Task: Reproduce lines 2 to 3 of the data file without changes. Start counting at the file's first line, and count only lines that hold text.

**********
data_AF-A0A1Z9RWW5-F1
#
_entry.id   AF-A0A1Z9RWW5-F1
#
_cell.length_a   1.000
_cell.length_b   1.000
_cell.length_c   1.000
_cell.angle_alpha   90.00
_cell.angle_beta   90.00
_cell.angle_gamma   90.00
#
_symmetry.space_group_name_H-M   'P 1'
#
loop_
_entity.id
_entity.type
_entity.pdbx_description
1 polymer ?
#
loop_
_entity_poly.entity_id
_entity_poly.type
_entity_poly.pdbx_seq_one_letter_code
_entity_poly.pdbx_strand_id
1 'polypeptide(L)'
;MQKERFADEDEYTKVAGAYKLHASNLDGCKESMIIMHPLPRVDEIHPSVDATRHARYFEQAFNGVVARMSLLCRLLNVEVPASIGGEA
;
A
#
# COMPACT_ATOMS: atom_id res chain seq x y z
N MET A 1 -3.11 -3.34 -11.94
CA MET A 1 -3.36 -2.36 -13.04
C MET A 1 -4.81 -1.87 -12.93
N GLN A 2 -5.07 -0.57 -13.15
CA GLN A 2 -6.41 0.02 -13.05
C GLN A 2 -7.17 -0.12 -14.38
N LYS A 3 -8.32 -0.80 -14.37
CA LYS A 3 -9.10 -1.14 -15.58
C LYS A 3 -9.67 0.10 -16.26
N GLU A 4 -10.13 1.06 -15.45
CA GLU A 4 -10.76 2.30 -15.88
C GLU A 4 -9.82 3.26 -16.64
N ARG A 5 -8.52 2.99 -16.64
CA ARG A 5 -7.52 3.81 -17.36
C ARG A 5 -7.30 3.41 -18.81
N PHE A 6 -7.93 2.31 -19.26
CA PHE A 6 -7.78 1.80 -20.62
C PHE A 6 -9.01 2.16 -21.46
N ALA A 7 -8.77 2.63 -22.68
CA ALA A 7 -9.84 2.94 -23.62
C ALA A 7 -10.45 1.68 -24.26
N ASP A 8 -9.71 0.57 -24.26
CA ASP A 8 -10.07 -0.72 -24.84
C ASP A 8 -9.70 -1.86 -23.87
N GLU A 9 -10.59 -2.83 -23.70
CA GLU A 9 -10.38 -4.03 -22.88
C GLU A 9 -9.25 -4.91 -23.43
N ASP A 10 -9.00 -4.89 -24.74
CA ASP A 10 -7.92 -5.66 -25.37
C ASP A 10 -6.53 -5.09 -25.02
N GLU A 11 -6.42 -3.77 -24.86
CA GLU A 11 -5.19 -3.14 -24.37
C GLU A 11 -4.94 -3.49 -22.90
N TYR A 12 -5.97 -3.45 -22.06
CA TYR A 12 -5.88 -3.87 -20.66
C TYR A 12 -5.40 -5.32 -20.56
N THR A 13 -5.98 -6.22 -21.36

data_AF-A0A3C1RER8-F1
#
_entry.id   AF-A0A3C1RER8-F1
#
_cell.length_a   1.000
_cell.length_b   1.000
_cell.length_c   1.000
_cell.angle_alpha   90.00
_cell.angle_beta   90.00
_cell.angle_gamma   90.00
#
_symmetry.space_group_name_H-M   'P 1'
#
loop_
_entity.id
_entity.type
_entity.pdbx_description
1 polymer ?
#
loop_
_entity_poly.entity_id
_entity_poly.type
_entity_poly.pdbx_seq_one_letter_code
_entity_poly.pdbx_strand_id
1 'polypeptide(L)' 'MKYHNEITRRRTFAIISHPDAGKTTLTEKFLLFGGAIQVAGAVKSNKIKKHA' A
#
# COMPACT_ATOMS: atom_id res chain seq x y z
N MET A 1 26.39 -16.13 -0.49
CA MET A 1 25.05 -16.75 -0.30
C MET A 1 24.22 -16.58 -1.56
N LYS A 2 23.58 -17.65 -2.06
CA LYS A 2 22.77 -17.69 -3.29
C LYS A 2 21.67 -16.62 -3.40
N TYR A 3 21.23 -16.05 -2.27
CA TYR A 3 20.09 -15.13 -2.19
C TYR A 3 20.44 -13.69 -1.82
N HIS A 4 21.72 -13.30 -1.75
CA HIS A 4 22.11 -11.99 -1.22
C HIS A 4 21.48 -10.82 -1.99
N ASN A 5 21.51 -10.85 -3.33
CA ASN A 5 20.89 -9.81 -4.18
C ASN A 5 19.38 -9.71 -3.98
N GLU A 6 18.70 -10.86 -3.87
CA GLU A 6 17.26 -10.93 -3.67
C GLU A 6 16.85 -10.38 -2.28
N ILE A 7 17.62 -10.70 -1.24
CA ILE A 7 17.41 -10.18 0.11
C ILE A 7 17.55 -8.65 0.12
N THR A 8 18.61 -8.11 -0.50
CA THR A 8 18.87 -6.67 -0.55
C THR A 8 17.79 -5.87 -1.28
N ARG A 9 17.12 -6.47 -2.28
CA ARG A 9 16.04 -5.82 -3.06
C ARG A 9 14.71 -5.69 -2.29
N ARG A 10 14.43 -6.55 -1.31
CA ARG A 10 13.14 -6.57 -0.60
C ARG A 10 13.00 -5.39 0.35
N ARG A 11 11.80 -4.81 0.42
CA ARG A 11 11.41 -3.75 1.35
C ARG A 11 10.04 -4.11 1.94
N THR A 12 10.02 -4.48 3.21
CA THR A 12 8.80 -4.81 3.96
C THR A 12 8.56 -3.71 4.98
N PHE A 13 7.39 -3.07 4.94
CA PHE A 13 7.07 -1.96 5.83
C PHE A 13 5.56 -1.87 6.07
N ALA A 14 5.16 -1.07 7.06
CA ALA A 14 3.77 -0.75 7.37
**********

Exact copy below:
#
_entry.id   AF-A0A1Z9RWW5-F1